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SAARC country citizens - NPR 200,
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Kathmandu Durbar Square. The place which has witnessed and received one king after the other as they sat and ruled over Nepal a long time ago, where new rulers were crowned while the steady beats of drums and trumpets filled the place. The regal Kathmandu Durbar Square is one of the three durbar squares in the country. Till date, the place remains the most remarkable legacy of Kathmandu's traditional architecture. Even though the unfortunate earthquake of 2015 took its toll on the building and around half a dozen places within the premises collapsed, it has still retained its original glory. Three squares - A former elephant stable Basantapur square, main Durbar square on the west and another part of Durbar Square that houses the entrance to Hanuman Dhoka which are loosely connected make up the Durbar Square area.
While the southern part of the complex houses the open Basantapur Square area, the main Durbar square area occupies the western portion. For many years, the former used to be stable which housed royal elephants. Today, it is a site which houses souvenir stalls. In the northeast part of the complex runs the second part of the square. In this area, the entrance to the glorious Hanuman Dhoka Complex is planted, with a beautiful assortment of temples nestled behind it. The place is an active walkway which connects many streets together for the general public. Even though the durbar is no longer used for coronations, it is thronged by people during festivals like Dashain, Indra Jatra, Machhindranath Jatra, and Gaijatra. The entire Durbar Square complex was gazetted as a World Heritage Site by UNESCO in 1979.
The Kathmandu Durbar Square used to be a ruling ground for the Malla Kings, who were the first monarchs to rule over Kathmandu after its independence. Later, it was favoured as a royal palace by Prithvi Narayan Shah, who had invaded the valley of Kathmandu as early as 1769. Following this, other subsequent Shah Kings, after succession, continued to rule over the country until 1896. Even though there is no written archival record which states the historical past of the Kathmandu Durbar Square, the construction of this palatial space has been attributed to the famed Sankharadev. It is believed that Ratna Malla, the first king of the independent city, had constructed the three-roofed Taleju Temple in the northern portion of the complex. The other temples within the premises that have been credited to him are the ones devoted to Kotilingeshwara, Jagannath, Mahendreswara, and Mahadev. At present, the Kathmandu Durbar Square still exhibits a wondrous, ancient atmosphere that spreads across five acres of flat land. With ponds encompassed by palaces, quadrangle courtyards, and temples housing antique paintings, the square complex is truly a gem in Nepal's bejewelled crown.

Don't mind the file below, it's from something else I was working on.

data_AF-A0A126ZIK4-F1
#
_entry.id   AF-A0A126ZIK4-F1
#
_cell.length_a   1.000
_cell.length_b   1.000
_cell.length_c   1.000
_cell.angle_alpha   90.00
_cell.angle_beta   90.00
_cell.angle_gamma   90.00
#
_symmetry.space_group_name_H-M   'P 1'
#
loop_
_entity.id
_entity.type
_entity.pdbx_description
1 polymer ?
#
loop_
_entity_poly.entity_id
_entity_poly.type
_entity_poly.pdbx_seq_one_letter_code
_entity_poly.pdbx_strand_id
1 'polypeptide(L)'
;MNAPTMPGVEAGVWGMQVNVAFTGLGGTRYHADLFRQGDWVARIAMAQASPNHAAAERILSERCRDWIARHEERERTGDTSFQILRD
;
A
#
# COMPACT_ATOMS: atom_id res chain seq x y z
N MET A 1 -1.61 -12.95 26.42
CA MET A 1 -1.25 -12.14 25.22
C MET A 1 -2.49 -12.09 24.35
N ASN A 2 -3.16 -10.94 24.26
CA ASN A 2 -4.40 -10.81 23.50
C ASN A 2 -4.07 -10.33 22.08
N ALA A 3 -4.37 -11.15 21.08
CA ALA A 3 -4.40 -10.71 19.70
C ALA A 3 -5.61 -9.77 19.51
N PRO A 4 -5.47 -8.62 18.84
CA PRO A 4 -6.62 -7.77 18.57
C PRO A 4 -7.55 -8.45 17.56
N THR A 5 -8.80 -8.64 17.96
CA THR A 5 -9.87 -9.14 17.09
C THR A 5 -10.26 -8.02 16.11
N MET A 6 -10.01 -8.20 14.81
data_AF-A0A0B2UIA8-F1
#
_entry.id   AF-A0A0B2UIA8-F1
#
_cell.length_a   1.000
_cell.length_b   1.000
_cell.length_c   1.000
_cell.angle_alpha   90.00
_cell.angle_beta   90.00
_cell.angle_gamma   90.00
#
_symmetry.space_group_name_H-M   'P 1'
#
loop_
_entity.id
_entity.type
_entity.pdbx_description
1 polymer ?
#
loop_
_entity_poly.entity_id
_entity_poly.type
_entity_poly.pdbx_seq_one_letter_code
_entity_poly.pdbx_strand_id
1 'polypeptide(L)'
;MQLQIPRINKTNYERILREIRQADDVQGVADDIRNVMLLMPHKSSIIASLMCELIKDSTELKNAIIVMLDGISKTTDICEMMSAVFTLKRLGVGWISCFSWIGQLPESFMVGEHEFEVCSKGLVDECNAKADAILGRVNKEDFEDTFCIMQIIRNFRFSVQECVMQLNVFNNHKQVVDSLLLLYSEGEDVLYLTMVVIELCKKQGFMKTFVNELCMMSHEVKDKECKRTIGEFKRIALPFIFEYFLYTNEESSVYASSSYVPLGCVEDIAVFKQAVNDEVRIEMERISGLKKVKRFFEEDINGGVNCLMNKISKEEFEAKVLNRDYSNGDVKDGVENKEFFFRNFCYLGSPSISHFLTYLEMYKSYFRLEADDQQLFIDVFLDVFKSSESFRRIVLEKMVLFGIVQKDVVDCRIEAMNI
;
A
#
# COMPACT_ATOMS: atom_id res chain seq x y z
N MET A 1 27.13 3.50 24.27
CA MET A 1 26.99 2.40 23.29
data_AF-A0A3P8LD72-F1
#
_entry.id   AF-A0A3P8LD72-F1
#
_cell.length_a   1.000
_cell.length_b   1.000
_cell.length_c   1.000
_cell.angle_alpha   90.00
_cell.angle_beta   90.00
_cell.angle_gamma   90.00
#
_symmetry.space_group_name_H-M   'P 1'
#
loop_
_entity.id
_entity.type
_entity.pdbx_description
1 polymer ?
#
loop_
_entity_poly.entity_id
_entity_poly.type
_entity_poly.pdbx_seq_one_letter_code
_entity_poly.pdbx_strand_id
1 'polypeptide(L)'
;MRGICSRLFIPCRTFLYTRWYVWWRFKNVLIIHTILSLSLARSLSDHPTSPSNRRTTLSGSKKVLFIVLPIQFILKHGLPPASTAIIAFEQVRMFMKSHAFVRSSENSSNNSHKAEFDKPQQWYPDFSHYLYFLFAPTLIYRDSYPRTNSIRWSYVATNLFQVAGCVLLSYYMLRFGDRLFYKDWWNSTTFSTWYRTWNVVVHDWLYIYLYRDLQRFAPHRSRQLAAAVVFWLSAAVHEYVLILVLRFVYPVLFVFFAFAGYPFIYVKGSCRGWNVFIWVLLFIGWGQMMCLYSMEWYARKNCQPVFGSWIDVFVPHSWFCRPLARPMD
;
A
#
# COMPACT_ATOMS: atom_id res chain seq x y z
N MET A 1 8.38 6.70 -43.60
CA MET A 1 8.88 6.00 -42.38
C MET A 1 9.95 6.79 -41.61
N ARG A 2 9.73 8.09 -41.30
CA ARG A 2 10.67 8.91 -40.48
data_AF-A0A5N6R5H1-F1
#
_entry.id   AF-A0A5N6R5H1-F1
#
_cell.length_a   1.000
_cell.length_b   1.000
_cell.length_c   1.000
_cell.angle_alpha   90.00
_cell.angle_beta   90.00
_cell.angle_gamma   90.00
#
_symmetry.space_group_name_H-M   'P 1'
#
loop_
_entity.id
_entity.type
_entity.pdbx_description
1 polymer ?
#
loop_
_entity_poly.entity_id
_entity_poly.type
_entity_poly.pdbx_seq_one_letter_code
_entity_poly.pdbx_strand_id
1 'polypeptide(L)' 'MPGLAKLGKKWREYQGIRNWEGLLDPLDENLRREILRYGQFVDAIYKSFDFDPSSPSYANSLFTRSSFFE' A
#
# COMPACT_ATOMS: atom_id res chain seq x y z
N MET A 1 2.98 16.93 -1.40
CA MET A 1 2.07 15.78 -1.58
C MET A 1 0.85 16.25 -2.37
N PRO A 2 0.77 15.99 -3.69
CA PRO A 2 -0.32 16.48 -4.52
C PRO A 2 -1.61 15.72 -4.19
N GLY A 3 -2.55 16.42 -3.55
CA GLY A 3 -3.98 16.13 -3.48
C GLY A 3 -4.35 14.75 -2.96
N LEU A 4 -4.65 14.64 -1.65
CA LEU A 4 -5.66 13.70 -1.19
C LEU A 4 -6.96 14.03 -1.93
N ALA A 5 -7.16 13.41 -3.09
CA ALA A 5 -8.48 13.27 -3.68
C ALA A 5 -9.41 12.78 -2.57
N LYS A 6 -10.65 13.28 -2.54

The holy sanctuary built by King Ratna Malla stands at a soaring height of 36.6 metres and is a shrine devoted to the Goddess Taleju Bhawani. A resplendent statue of the deity with four heads and ten arms adorns the centre of the temple while intricate metalwork elevates the charm of the place. Located inside the temple is a sanctum for the Kumari, the Living Goddess in Nepal.
Constructed under the rule of the revered Pratap Malla, the octagonal Krishna Temple is solely devoted to Lord Krishna. It is said that this place of worship was built as a tribute to two of his late rulers. Beautiful pictures of Lord Krishna and two goddesses, who are believed to be his spouses, adorn the walls of this temple.
The five-roofed sanctuary within the complex is devoted to Lord Vishnu. With ancient paintings and images of the deity adorning the walls of the temple, the holy sanctum emits a supernatural aura which draws in many devotees.